We are still Newlyweds. There is something about a morning routine that helps make you ready to tackle the day. We are the set a few alarms type so we can wake up slowly, snuggle a little, help persuade each other to get up or we are going to be late. Our last few minutes of calm and ability to focus on each other before diving into the chaos. It’s a very important time in the day. This morning went a little differently.
The first alarm this morning went off at 6:30 am. As I always do, I re-positioned myself closer to David to happily doze till the next alarm in 8 minutes. As I waited for light sleep to overtake me, I was wrestling with myself about whether or not my full morning bladder could wait 8 minutes. And then it hit me. I wish I could say it was the first time, but it wasn’t, and it won’t be the last I’m sure.
“We didn’t Tooth Fairy!!!”
“Gosh babe, you scared me.”
“I’m sorry. We didn’t tooth fairy. We have to get up.”
That last part was of course being said as I was already bolting out of bed in a bit of a panic and David was watching his calm part of the morning disappear. (Panic brought to you by the fact that I am still haunted by the morning just after we married that a crying child entered our room convinced that the tooth fairy had forgotten her. And it just so happens this was the same kid.) He tried to reason with me.
“You still want to do it?!”
“We HAVE to!”
“There’s no way. It’s too late.”
“But she will cry. I don’t want her to start her day that way. I gotta pee. I can’t think till I pee.”
My bladder had caught up with me so I am now calling from the bathroom. David was still trying to reason.
“We can do it tomorrow. We can come up with something. We always do.”
“She will be at her other dad’s tonight….”
Let me just take a moment to say here that even if you have them most of the time, spending partial time with your kids when you love them with your whole heart just plain stinks.
At this point, we began just moving around in a stupor. I began digging through David’s nightstand for 4 quarters while he reminded me we needed my eye liner pencil. He stopped me as I was digging to say, “can I at least have a good morning hug?” We hugged for a moment, then….”aaaaand, break!”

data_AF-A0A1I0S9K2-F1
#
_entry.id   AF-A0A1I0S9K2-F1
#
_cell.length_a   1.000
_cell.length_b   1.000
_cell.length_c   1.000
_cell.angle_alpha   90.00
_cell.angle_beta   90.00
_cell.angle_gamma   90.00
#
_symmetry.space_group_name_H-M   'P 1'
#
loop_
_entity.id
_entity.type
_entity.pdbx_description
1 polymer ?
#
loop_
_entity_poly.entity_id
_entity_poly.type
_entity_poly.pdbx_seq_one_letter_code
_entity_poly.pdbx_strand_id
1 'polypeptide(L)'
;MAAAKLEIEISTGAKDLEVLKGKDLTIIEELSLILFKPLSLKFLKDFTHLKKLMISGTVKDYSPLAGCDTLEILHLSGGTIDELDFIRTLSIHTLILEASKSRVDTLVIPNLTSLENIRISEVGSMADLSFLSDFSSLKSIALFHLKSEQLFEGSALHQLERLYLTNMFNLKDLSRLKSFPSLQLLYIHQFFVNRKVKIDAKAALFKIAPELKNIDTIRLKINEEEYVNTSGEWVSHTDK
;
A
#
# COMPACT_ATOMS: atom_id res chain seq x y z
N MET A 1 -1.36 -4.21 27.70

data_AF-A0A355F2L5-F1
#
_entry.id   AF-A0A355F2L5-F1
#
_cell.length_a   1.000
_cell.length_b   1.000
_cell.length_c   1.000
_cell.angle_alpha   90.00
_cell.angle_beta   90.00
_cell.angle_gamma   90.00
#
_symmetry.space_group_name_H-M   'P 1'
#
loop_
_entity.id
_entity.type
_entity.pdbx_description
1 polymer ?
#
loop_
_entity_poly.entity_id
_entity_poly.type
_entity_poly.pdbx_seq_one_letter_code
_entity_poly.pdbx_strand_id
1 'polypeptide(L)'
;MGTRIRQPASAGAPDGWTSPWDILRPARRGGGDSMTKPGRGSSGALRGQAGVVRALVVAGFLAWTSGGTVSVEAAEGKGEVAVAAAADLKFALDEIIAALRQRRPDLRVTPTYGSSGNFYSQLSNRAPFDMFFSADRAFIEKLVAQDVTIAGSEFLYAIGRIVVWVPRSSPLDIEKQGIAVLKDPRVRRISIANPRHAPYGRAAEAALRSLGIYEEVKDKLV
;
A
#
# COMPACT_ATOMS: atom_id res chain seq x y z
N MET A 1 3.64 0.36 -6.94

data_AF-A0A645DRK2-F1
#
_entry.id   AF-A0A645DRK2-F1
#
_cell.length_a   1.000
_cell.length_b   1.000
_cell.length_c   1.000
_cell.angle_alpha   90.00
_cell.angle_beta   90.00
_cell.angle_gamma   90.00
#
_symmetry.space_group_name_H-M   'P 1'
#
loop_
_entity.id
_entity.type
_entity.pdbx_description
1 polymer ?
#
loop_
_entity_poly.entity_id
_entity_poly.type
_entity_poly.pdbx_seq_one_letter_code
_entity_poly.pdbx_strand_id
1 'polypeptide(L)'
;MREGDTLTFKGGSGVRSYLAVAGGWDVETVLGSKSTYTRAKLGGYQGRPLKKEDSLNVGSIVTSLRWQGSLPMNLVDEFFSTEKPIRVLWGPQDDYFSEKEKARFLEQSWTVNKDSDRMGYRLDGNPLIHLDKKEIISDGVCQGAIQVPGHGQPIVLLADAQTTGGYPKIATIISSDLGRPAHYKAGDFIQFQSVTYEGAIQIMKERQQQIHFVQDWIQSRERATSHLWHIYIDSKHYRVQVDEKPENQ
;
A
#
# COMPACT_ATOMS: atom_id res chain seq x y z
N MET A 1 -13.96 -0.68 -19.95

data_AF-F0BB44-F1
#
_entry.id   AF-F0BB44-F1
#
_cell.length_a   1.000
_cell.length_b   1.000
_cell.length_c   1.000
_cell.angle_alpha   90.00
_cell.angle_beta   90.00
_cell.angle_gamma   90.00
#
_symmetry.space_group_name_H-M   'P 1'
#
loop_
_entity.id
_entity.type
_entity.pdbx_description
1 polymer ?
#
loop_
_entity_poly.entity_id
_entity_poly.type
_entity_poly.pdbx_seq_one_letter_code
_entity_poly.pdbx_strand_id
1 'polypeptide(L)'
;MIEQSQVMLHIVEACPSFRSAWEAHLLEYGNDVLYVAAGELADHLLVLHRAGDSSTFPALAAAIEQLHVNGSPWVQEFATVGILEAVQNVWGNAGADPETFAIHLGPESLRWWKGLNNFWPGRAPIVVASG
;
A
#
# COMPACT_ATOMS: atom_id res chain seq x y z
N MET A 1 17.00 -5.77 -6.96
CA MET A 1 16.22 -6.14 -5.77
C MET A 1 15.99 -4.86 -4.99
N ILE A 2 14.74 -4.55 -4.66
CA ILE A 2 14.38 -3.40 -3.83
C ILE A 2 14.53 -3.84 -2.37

Usually when we open the door, at least one child is awake. We would be lucky to find a sleeping household behind our closed bedroom door. We slowly opened it knowing we were now entering stealth mode and saw a dark living room…things looked hopeful. We creeped to our destination: Hope and the twins’s room. Madalyn was the one who had lost a tooth this time, but all three girls in this room still believe in the tooth fairy. Upon entering, we realized that the situation wasn’t hopeful, it was Hope-full. We heard, “Good morning! Wait, why are you here?”
Think quick! Think quick! “It’s morning! We are here to wake you up.”
“Noooo it’s still too dark out.”
Think quick! Think quick! David stood behind her and made a few decoded hand gestures I couldn’t make out and then removed the road block that is our 10 year old daughter.
“It’s just cloudy, come on, time to go to the bathroom.”
They left and I began my part of the job. I extracted the tooth holder from under the sleeping child’s pillow and replaced the tooth with the coins. It, of course, seemed so much louder a task than usual. David came back in to the sounds of stirring twins and asked if I still wanted the feet. I responded a silent, “yes!”
As he finished, we heard from the other side of the house a frantic, “I peed! I peed!” And crying. We exited the bedroom with the mission a success and David whispered to me, “That was like Ocean’s 11.” We crossed to the other side of the house to find a three year old standing in the hall saying she had peed the bed. Upon further inspection, we found that the accident must have happened in the bathroom because the bed had not been nailed. David took the laundry and I handled the kid. I met up with my husband in the laundry room and asked, “any chance of still getting that morning, slow wake up time?” He laughed at the possibility of that being reclaimed as this point and started reminding me that he had to be at work earlier today and I had to get the kids to school. I didn’t like that perfectly reasonable answer so I grabbed his hand and pulled him back to our hiding place. At the door, I realized the three year old had followed us so I told her to go make sure her sister were up (insert devious laugh) and closed the door. We crawled back into bed, got comfortable, and *knock knock* We tried to ignore it, but someone had been wronged, and someone else forgot to check the toilet paper situation in their bathroom, and reality was calling. Before moving I asked David, “They say we will miss this, right?” to which he replied, “I think that is just something old people say to make sure we keep populating the earth.” We laughed, accepted our day as officially kick started, and got up.